" Web Alerts: If you like keeping up with the latest updates and new web pages, consider setting up one or more Google Web Alerts. After you've set up a Web Alert, Google finds and delivers links to web pages via e-mail either once a day or once a week.Anatomy of a Web Address" Google Ultimate Interface: If you want to specify what you're looking for with more precision than Google's Advanced Search form offers, try out the Google Ultimate Interface, a third-party application available at www.faganfinder.com/google.html.
Examples of some uses of Google Web Alerts:
- keep current on developments in an industry
- learn where your senator or representative are being cited or quoted
- discover new websites on a certain topicWith the Ultimate Interface you can:" Soople: If you're not sure of all the types of information that you can search for with Google, check out Soople, www.soople.com/soople_int.php.
- Search with any of Google's search engines, i.e., Web Search or some of the tools in Part III Special Tools
- Find pages that have been updated between any two specific dates
- Select letters with practically every different kind of diacritical marking, such as umlauts or accent marks, from the keyboard near the bottom of the page
Note: Michael Fagan developed Google Ultimate Interface when he was a teenager.
Many of the capabilities included in Soople are described in Part II: Understanding Search Results and Part III: Special Tools.
For additional information on how to use Advanced Search, visit www.lib.monash.edu.au/vl/google/goog06.htm.
A web address takes the form of a URL (pronounced "you are ell" which stands for Uniform Resource Locator, often followed by additional directory, subdirectory and file names.
Consider the web address of the Ewing SeniorNet Computer Literacy Center (http://www.ewingsnet.com). The is the URL. The web address of the course outline for the digital photography course taught at the center is http://www.ewingsnet.com/documents/CourseOutlines/DigitalPhotography.pdf. This address contains information on the directory, subdirectory, etc. in which the page can be found.Exercises
Here's what it all means:
http transfer protocol (type of information being transferred) www.ewingsnet.com site name ewingsnet second-level domain name com top-level domain name documents directory name CourseOutlines sub-directory name DigitalPhotography file name file type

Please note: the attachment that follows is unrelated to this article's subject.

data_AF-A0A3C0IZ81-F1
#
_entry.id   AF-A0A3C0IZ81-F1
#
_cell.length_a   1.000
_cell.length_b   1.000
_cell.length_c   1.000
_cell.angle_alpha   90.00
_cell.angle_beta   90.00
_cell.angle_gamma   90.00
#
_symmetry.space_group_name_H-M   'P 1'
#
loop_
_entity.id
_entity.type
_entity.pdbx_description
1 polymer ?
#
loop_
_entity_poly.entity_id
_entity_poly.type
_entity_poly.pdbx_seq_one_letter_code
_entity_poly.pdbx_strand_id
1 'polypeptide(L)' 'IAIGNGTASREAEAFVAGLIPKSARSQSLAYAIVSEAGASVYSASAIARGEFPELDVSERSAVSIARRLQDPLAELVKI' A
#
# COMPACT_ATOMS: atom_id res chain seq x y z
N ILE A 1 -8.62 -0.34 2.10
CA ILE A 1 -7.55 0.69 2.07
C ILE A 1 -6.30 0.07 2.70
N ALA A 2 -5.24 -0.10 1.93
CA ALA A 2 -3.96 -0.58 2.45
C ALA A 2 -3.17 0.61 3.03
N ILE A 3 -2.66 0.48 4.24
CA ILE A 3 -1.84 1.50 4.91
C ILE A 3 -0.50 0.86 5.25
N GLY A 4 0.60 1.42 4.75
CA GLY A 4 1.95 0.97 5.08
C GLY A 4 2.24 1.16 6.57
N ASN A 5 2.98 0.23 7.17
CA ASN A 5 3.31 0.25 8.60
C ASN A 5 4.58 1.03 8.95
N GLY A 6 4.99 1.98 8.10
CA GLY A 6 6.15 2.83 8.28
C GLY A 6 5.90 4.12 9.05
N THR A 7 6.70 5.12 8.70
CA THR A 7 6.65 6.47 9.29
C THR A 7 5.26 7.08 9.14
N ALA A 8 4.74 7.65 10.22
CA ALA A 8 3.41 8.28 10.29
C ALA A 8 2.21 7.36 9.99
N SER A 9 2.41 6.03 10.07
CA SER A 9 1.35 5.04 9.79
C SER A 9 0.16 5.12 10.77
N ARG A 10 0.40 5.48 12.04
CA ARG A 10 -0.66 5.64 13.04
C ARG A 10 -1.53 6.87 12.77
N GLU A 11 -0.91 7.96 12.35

Here's a list of some common top-level domain names:
.edu educational site (usually a university or college) .com commercial business site .gov U.S. government/non-military site .mil U.S. military sites or agencies .net networks, Internet service providers, organizations .org U.S. non-profit organizations and others
Because the Internet was created in the United States, "US" was not originally assigned to U.S. domain names; however, it's used to designate American state and local government hosts, including many public schools, and commercial entities, e.g., well.sf.ca.us. The domain .pa represents Panama, unless it's followed by .us, in which case it represents Pennsylvania.
State .pa.us Pennsylvania .nj.us New Jersey .tx.us Texas
Other countries have their own two letter codes as the top level of their domain names.
Country .ca Canada .de Germany .dk Denmark .jp Japan .il Israel .uk United Kingdom .za South Africa
For more information about domains and a complete listing of them, check out http://www.allwhois.com/cgi-bin/allwhois.cgi.
To limit results to a single site or domain, specify the site name (e.g., www.ewingsnet.com or ewingsnet.com) or a top-level domain name (e.g., .com or .edu) in Google's domain selector.
This problem set is designed to give you practice with specifying more precisely what you're seeking by using the Advanced Search form. For hints and answers to selected problems, see the Solutions page in the Appendix.